# Re: Almost had a Marshall Heart Attack

• From: Jim <inse@ttle>
• Date: Thu, 30 Sep 2010 14:37:45 -0700

On 9/30/2010 1:59 PM, RichL wrote:
<salty@xxxxxxx> wrote in message
news:jtq9a6t6d58vmrqcuvrqqlvulj5avdp83b@xxxxxxxxxx
On Thu, 30 Sep 2010 15:02:00 -0400, "RichL" <rpleavitt@xxxxxxxxx>
wrote:

"Jim" <inse@ttle> wrote in message
news:MOednRmyzIAfRTnRnZ2dnUVZ_qednZ2d@xxxxxxxxxxxxxxxxxxxxx
On 9/30/2010 9:47 AM, salty@xxxxxxx wrote:
On Thu, 30 Sep 2010 09:37:29 -0700, Jim<inse@ttle> wrote:

On 9/29/2010 7:26 PM, WB wrote:
On 9/29/2010 5:36 PM, jtees4 wrote:
their prices seem good to me and
you can buy small or large quantities.
http://www.digikey.com/

Oh yeah. Digikey use to only sell parts in large quantities,
but started to allow smaller orders. I've gotten discrete
(IC) from them before. www.partsexpress is a fav too.

Auto parts stores tend to have a large section of fuses
too.

6.3 amps ... that baby sure sucks the electrons.

But it's on the filament source.

A typical hand-held hair blowdryer draws more than twice that, and if
the fuse is rated at 6.3 amps at 120 volts, the amplifier draws less
than that in normal continuous operation with all settings cranked to
max

I pointed out that it's the filament supply because of the low voltage.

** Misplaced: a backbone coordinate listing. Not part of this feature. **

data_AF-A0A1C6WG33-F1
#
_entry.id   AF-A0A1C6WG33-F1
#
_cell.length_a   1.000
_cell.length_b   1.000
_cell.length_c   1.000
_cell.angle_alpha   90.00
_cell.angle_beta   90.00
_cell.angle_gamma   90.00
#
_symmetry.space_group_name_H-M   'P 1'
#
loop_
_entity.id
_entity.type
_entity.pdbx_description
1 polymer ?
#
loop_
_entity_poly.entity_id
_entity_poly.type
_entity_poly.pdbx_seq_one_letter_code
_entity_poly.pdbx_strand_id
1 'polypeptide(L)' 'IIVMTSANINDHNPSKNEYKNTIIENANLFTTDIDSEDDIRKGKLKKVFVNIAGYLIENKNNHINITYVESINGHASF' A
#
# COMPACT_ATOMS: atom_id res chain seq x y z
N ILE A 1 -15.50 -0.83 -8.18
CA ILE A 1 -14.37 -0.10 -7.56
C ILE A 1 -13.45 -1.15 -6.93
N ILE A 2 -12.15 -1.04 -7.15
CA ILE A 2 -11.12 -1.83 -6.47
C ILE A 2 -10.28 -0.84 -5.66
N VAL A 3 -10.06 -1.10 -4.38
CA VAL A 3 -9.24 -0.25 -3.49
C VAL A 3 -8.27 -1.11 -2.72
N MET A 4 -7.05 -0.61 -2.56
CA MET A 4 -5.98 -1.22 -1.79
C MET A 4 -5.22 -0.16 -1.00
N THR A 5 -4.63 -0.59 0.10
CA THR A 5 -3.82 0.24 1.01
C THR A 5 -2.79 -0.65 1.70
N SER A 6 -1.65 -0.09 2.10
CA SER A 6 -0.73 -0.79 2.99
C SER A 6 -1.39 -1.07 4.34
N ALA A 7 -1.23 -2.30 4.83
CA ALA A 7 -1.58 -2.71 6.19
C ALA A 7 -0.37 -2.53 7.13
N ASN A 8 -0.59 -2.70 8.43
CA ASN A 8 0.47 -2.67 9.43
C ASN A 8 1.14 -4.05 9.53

If you consider POWER available at the fuse rating:

6.3A @ 6.3V < 40W

Bad math. You've gotta transform the current along with the voltage
(they
scale inversely) so the below calculation is the right one:

6.3A @ 120V would be > 750W

On the secondary side, the voltage is 6.3 V so the current would be (120
V/6.3 V) x 6.3 A = 120 A!

Where did you come up with that crazy formula?

As far as I know,

6.3 Amps at 6.3 volts = about 40 watts.

That's correct but inappropriately applied in this situation.

The point is that the 6.3 A fuse is on the primary side of the
transformer, where the voltage is 120 V.

But it's not.

The amp uses a 6.3A filament fuse and a 3.15A mains fuse.

On the secondary side of the transformer, the voltage is stepped down to
6.3 V but the current is stepped up to 120 A.

The power has to be calculated with values of voltage and current on the
*same* side of the transformer. If you do this, you get 756 W,
regardless of whether you use the voltage and current values from the
primary side or the secondary side.

.

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